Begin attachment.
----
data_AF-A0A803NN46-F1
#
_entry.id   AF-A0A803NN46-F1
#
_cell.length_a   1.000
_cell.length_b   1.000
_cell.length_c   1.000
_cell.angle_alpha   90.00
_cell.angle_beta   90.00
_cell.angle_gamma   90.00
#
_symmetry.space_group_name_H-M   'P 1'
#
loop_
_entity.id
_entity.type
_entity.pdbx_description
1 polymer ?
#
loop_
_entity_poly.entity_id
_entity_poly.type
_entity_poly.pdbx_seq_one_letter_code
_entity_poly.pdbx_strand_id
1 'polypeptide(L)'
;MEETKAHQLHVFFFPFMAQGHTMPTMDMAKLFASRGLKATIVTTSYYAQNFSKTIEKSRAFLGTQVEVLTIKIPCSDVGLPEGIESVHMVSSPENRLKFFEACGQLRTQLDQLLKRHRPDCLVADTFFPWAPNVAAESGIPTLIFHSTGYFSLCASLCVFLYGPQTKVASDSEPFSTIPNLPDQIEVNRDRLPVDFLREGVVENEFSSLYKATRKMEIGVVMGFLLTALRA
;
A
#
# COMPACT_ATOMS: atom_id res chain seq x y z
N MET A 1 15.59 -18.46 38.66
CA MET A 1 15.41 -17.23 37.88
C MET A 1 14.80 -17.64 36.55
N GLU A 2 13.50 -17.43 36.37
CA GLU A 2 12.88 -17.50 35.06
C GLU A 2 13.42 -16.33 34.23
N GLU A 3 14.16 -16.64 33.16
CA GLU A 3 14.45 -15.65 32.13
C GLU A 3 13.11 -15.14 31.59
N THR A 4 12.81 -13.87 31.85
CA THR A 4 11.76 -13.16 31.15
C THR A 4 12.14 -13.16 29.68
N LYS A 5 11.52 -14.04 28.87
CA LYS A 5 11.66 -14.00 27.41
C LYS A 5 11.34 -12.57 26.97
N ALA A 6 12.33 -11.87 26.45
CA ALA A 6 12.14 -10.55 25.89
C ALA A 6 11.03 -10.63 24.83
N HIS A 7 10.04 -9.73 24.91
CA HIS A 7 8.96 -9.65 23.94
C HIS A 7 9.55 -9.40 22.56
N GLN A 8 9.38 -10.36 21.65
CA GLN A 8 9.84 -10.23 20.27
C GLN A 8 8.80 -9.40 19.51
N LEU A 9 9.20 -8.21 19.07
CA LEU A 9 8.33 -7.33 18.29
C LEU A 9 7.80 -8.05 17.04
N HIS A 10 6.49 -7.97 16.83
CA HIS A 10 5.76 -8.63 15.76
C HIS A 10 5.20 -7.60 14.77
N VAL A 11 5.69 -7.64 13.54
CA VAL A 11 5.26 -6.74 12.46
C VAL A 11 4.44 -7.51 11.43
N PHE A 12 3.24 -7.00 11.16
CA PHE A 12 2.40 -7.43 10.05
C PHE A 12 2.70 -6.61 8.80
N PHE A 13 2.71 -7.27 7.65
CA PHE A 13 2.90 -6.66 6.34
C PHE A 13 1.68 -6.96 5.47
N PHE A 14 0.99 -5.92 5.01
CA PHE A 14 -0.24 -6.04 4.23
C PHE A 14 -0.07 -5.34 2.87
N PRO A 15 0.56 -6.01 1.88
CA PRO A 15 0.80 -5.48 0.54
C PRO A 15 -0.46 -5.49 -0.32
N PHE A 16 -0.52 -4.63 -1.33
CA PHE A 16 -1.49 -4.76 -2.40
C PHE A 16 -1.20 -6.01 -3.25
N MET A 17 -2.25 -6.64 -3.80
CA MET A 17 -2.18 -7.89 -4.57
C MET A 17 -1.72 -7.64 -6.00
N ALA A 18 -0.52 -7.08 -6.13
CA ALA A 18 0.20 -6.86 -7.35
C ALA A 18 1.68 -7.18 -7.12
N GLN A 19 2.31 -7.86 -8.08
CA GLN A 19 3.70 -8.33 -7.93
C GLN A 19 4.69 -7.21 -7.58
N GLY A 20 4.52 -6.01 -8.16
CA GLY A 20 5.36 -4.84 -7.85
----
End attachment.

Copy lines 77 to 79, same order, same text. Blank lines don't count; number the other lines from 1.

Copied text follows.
CA PHE A 16 -1.49 -4.76 -2.40
C PHE A 16 -1.20 -6.01 -3.25
N MET A 17 -2.25 -6.64 -3.80